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TPM has demonstrated neuroprotective properties in neuronal cultures exposed to oxygen-glucose deprivation (Noh et al., 2006) or excitotoxic glutamate or kainate concentrations (Angehagen et al., 2005), and in adult rodent models of transient global cerebral ischemia (Yang et al., 1998; Lee et al., 2000; Edmonds et al., 2001). Intravenous, intraperitoneal, and oral TPM, alone or combined with hypothermia, also reduced hypoxic–ischemic cerebral injury in newborn animals in a dose-dependent manner, with a neuroprotective dose ranging from 5–200 mg/kg, usually in single administration (Lee et al., 2000; Edmonds et al., 2001; Liu et al., 2004; Schubert et al., 2005; Noh et al., 2006). TPM was also demonstrated to exert neuroprotective effects against periventricular leukomalacia (Follett et al., 2004). TPM neuroprotective properties have been attributed mainly to glutamate alpha-amino-3-hydroxy-5-methyl-4-isoxazolepropionate (AMPA)-kainate receptor inhibition (Follett et al., 2004; Kaminski et al., 2004; Koh et al., 2004; Angehagen et al., 2005; Sfaello et al., 2005), but also to blockade of Na+ channels (Zona et al., 1997), high voltage-activated calcium currents (Costa et al., 2006), carbonic anhydrase isoenzymes (Dodgson et al., 2000), and mitochondrial permeability transition pore (MPTP) (Kudin et al., 2004). The neuroprotective mechanism of combined hypothermia and TPM in HIE is still uncertain, but might rely on additive or synergistic action of TPM on hypothermia effects, such as glutamate reuptake preservation and inhibition of nitric oxide synthase, oxidative stress, and apoptosis (Edwards et al., 1995; Thoresen et al., 1997; Liu et al., 2004).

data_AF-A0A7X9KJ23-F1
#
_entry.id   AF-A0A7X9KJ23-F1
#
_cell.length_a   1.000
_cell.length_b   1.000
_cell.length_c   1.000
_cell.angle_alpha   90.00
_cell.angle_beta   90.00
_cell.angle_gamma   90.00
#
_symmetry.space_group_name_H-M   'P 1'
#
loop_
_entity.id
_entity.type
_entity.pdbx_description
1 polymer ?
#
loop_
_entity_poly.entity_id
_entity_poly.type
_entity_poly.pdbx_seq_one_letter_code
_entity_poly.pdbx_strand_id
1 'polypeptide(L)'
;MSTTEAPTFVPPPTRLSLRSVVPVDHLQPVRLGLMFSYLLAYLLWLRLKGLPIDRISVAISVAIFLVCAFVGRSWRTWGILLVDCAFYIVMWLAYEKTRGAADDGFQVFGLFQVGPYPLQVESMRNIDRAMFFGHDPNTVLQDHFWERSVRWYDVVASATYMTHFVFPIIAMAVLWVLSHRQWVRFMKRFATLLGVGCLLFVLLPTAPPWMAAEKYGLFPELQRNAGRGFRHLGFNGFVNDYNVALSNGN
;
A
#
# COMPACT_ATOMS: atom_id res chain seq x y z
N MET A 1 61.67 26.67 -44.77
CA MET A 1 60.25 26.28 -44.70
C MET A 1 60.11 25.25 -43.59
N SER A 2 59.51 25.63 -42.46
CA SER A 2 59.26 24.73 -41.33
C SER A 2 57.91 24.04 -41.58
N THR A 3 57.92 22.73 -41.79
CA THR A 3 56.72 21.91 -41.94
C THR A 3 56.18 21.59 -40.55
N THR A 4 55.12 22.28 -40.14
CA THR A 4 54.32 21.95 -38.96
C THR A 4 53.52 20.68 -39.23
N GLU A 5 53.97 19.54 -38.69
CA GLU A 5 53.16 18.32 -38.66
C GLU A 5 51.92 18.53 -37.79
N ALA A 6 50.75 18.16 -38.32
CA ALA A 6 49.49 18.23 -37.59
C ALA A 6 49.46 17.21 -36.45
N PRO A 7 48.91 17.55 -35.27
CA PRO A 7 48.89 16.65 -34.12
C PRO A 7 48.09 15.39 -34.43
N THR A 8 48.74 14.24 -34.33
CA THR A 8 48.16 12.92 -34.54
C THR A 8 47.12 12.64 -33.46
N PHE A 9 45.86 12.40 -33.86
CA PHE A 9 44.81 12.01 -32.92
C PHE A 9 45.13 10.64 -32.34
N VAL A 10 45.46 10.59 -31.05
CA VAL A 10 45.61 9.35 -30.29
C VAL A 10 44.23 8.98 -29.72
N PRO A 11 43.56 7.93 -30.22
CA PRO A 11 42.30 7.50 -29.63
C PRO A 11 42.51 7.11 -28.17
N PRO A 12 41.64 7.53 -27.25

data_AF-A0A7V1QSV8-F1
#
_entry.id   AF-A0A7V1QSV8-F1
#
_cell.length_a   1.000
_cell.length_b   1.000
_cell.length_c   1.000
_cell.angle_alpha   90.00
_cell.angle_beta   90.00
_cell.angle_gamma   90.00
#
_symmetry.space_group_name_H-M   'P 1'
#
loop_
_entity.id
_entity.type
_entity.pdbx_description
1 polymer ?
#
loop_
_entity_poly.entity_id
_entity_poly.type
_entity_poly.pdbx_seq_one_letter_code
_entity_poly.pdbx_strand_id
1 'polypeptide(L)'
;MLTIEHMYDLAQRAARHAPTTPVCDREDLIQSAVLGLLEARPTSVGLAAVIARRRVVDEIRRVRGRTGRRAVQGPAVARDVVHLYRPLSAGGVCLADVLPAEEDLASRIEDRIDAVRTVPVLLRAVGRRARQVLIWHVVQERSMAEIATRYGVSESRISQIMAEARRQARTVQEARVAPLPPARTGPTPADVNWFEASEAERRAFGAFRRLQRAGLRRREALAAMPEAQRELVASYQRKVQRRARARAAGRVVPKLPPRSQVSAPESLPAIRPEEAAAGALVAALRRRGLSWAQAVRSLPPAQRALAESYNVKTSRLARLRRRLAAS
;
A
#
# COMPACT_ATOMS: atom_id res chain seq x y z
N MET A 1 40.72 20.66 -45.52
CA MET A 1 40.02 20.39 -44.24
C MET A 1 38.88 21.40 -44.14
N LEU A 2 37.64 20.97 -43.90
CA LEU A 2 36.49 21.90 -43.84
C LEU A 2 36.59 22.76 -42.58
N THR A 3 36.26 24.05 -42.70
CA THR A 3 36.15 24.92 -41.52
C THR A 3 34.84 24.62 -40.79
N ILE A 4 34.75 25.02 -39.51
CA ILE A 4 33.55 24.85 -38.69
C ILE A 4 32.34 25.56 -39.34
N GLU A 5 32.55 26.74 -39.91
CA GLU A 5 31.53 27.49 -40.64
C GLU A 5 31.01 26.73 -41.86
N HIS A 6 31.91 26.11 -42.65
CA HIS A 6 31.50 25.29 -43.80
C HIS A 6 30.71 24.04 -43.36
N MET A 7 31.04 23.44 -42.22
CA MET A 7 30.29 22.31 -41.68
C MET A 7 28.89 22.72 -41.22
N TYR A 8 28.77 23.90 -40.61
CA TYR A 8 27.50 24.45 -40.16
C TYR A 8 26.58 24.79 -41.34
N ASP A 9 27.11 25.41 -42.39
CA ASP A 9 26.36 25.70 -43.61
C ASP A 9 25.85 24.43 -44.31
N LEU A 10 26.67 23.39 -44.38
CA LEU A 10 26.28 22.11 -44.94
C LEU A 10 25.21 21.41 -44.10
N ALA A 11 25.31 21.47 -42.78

Although perinatal HIE is the single most important cause of serious brain injury in newborns, to date no clinical study has been published to prove TPM efficacy and evaluate combined TPM and hypothermia treatment in newborns with HIE.